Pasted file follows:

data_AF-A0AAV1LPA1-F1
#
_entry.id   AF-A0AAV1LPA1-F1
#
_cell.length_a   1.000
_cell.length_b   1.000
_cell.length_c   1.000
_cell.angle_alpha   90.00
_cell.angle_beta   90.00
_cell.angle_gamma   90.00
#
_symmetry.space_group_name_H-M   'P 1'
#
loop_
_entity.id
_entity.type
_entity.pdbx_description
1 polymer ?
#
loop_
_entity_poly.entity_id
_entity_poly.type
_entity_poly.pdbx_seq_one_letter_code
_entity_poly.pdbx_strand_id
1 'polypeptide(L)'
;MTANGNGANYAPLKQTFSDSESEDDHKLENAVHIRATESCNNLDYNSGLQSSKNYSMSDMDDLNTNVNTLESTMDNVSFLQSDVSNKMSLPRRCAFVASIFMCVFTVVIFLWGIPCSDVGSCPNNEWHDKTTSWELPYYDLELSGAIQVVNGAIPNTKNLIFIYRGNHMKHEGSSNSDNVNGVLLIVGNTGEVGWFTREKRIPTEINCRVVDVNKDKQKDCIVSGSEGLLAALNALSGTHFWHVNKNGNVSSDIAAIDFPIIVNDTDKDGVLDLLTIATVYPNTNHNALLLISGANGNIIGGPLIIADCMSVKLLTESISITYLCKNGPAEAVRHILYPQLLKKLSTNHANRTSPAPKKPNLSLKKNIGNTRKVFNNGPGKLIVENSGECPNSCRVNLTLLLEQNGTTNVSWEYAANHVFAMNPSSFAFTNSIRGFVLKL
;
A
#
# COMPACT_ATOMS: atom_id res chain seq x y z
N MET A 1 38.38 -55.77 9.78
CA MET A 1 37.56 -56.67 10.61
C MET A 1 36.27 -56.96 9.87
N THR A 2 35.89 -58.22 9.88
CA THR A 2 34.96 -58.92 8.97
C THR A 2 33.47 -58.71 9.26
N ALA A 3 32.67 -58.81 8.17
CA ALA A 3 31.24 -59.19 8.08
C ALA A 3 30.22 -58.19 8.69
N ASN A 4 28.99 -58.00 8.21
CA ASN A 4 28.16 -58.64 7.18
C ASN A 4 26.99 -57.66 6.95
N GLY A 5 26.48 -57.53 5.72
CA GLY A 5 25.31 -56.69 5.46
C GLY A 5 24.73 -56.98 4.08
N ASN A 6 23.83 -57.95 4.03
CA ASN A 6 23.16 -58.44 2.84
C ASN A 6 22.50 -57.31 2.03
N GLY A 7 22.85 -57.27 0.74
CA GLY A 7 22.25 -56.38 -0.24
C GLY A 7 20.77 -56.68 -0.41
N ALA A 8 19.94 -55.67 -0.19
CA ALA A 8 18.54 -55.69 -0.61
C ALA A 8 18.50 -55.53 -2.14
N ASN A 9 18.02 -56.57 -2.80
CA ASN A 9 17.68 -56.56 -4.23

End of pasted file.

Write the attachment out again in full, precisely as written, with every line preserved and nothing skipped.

data_AF-A0AAV1LPA1-F1
#
_entry.id   AF-A0AAV1LPA1-F1
#
_cell.length_a   1.000
_cell.length_b   1.000
_cell.length_c   1.000
_cell.angle_alpha   90.00
_cell.angle_beta   90.00
_cell.angle_gamma   90.00
#
_symmetry.space_group_name_H-M   'P 1'
#
loop_
_entity.id
_entity.type
_entity.pdbx_description
1 polymer ?
#
loop_
_entity_poly.entity_id
_entity_poly.type
_entity_poly.pdbx_seq_one_letter_code
_entity_poly.pdbx_strand_id
1 'polypeptide(L)'
;MTANGNGANYAPLKQTFSDSESEDDHKLENAVHIRATESCNNLDYNSGLQSSKNYSMSDMDDLNTNVNTLESTMDNVSFLQSDVSNKMSLPRRCAFVASIFMCVFTVVIFLWGIPCSDVGSCPNNEWHDKTTSWELPYYDLELSGAIQVVNGAIPNTKNLIFIYRGNHMKHEGSSNSDNVNGVLLIVGNTGEVGWFTREKRIPTEINCRVVDVNKDKQKDCIVSGSEGLLAALNALSGTHFWHVNKNGNVSSDIAAIDFPIIVNDTDKDGVLDLLTIATVYPNTNHNALLLISGANGNIIGGPLIIADCMSVKLLTESISITYLCKNGPAEAVRHILYPQLLKKLSTNHANRTSPAPKKPNLSLKKNIGNTRKVFNNGPGKLIVENSGECPNSCRVNLTLLLEQNGTTNVSWEYAANHVFAMNPSSFAFTNSIRGFVLKL
;
A
#
# COMPACT_ATOMS: atom_id res chain seq x y z
N MET A 1 38.38 -55.77 9.78
CA MET A 1 37.56 -56.67 10.61
C MET A 1 36.27 -56.96 9.87
N THR A 2 35.89 -58.22 9.88
CA THR A 2 34.96 -58.92 8.97
C THR A 2 33.47 -58.71 9.26
N ALA A 3 32.67 -58.81 8.17
CA ALA A 3 31.24 -59.19 8.08
C ALA A 3 30.22 -58.19 8.69
N ASN A 4 28.99 -58.00 8.21
CA ASN A 4 28.16 -58.64 7.18
C ASN A 4 26.99 -57.66 6.95
N GLY A 5 26.48 -57.53 5.72
CA GLY A 5 25.31 -56.69 5.46
C GLY A 5 24.73 -56.98 4.08
N ASN A 6 23.83 -57.95 4.03
CA ASN A 6 23.16 -58.44 2.84
C ASN A 6 22.50 -57.31 2.03
N GLY A 7 22.85 -57.27 0.74
CA GLY A 7 22.25 -56.38 -0.24
C GLY A 7 20.77 -56.68 -0.41
N ALA A 8 19.94 -55.67 -0.19
CA ALA A 8 18.54 -55.69 -0.61
C ALA A 8 18.50 -55.53 -2.14
N ASN A 9 18.02 -56.57 -2.80
CA ASN A 9 17.68 -56.56 -4.23